Sure, most of the onus is on pet owners to make sure the products they apply are labeled for their pet’s species and weight, but my take is that without publicity, people won’t necessarily sit up and take notice of the harm they might do. After all, medically speaking, cats are still considered small dogs by a significant majority of pet people. And fleas are fleas, right? Why not use the dog stuff on the cat? 

Hence, most people need to be told to steer clear lest they mess up on their own. Since I witness a lot of “messing up” in my daily practice, I consider it my job to keep screw-ups at a minimum any way I can. The Miami Herald is a great way to do that.

Yet Hartz wants me to stop casting its product line in a negative light, regardless of the pesky facts. After all, nothing I wrote in my column was factually incorrect. 

Its case? That no topical Hartz product carries permethrin, the chemical ingredient I had openly surmised the questioner’s cat more than likely was exposed to. (Note: I did not say that Hartz brand topicals did so.) And that I claimed, “Adams Spot-On and its Hartz-brand counterpart are two of the items most commonly implicated in feline flea product toxicity.” (Which is true in terms of the accumulation of past information referencing Hartz’s topicals as permethrin-containing products.)

Though it’s now also true that Hartz no longer markets permethrin as a topical, it continues to do so as a home spray and fogger. And it’s safe to say that, as a veterinarian, I would never recommend their use for any feline household, regardless of the EPA’s comfort zone. (Remember my permethrin premise spray toxicity in last week’s kitten?)

Furthermore, the Hartz-brand topical for dogs now contains a new product the ASPCA’s Poison Control has informed me has significant side-effects for cats. Phenothrin. Plenty of cases of phenothrin toxicity have been reported. No, not nearly as bad as permethrin, but another feline toxin, nonetheless. It’s labeled for dogs only because of these adverse feline effects.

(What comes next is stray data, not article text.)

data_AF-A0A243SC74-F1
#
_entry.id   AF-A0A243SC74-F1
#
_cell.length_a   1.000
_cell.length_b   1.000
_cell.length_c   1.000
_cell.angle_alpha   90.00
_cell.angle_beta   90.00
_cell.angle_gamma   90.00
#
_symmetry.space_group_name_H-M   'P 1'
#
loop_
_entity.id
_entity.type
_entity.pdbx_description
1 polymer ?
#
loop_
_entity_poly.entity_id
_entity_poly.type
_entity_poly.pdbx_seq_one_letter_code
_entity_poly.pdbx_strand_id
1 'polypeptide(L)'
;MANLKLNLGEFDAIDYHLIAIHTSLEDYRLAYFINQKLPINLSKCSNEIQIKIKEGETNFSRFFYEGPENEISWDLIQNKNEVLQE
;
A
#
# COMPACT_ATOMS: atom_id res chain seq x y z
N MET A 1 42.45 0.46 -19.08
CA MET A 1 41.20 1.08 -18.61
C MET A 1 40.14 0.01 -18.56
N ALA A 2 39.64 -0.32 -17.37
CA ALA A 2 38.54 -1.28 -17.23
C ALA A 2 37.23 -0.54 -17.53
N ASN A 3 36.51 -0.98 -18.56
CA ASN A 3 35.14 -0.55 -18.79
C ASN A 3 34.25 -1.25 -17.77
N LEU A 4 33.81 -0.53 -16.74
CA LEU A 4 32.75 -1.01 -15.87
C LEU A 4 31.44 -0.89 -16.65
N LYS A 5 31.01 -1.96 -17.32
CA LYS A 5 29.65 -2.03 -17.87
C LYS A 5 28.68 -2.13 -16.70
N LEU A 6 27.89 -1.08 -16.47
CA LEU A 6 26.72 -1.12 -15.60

So no, I’m not wrong. But I do apologize for the inference of high toxicity––especially now that Hartz has properly responded to the consumer demand for product safety across the species. I applaud it for making the switch to a safer, non-permethrin chemical. I only wish others would follow suit. 

Trouble is, talking Hartz in almost any terms (unless, perhaps, they’re glowing) has a way of getting people into trouble. In fact, I fully expect to receive another cease and desist notice in which I’ll have to apologize for having mentioned permethrin and Hartz in the same blog post––let alone in the same sentence. 

That’s why I’ll spare it the legal time and trouble and apologize right now: 

Dear Hartz,

Though I will never use any of your products or advise my clients to do so as long as safer products are available, I recognize that your products can be helpful to those who cannot afford more expensive alternatives. You have every right to market your products to animal lovers everywhere.

Yet how can you blame me for choosing to make cats safer through my warnings against the use of dog products on cats? After all, what I desire is your professed goal as well: to make animal lives better through science and technology. Throw me a bone and call it a truce, OK?

Dr. Patty Khuly

PS: Thank you for removing permethrin from your topical products. I have issued a similar statement to the Miami Herald referencing this gratitude.